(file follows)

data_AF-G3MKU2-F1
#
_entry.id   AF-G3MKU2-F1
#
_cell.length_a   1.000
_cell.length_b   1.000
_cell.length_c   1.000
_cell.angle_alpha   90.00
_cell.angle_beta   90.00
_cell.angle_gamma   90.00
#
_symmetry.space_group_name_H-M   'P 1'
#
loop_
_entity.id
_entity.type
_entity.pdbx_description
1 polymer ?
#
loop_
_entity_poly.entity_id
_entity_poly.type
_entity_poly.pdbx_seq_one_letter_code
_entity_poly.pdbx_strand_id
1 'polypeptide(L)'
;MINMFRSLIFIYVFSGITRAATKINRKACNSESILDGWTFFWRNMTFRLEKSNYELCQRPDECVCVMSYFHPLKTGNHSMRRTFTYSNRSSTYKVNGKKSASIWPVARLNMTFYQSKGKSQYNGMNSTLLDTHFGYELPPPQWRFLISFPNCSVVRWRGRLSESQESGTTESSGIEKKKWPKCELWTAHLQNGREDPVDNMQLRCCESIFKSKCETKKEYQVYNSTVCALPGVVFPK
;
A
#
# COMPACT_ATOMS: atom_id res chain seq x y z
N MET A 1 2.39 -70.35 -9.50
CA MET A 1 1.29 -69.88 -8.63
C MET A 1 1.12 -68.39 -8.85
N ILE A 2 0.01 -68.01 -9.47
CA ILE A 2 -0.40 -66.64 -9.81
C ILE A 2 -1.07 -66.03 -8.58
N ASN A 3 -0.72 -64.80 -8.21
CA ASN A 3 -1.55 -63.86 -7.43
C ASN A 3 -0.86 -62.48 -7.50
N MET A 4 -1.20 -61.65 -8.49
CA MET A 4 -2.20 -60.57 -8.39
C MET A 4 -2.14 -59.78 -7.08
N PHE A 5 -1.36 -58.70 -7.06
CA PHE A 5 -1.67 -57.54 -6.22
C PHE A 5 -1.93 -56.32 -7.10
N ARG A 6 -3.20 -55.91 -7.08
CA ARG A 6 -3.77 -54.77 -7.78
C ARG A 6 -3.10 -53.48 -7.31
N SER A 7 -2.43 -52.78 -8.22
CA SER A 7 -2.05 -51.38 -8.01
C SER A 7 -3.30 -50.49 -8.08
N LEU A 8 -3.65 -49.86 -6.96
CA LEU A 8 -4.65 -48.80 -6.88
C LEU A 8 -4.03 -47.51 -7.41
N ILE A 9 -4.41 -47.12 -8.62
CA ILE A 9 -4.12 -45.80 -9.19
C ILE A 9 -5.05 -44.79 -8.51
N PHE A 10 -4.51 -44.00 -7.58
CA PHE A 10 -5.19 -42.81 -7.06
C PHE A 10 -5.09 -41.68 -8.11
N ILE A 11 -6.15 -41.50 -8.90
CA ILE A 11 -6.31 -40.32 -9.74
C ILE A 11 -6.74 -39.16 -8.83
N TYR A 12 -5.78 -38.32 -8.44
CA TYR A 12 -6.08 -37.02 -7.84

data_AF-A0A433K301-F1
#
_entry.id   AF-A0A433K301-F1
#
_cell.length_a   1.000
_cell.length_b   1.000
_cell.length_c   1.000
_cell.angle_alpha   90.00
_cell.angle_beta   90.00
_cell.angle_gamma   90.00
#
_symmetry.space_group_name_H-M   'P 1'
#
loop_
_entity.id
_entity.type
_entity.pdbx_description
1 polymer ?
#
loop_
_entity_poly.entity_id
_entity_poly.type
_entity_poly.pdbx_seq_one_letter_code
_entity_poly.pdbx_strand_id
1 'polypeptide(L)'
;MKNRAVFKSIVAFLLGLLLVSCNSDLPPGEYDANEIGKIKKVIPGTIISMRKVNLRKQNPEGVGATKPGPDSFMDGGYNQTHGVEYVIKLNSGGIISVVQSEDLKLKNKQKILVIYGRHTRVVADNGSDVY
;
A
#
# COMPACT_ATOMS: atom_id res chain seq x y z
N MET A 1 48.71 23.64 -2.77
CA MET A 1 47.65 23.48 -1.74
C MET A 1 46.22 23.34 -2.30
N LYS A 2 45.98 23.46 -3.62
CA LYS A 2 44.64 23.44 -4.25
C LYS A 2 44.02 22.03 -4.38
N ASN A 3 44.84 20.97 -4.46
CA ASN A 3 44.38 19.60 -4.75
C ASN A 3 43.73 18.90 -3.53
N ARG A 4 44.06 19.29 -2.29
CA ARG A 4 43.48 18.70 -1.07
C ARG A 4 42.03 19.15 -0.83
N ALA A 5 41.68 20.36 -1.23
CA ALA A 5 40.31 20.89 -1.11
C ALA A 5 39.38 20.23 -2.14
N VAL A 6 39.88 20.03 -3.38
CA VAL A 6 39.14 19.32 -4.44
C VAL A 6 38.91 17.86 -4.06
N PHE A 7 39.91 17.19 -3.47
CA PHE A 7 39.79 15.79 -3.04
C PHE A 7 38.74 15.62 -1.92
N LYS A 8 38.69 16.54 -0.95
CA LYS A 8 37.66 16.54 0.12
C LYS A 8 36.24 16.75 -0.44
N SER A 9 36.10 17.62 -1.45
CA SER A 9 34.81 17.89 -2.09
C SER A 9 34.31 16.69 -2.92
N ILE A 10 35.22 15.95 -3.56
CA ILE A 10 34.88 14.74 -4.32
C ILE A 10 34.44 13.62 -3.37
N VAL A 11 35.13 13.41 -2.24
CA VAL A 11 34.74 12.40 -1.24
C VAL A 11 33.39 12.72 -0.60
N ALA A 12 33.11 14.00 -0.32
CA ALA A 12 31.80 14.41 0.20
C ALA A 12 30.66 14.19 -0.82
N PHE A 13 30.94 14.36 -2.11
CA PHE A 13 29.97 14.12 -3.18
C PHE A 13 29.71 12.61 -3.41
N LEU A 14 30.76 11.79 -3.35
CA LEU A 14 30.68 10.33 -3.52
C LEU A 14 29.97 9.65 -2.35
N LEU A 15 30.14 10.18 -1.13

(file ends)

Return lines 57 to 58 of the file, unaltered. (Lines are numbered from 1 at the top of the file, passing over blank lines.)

C ILE A 9 -5.05 -44.79 -8.51
N PHE A 10 -4.51 -44.00 -7.58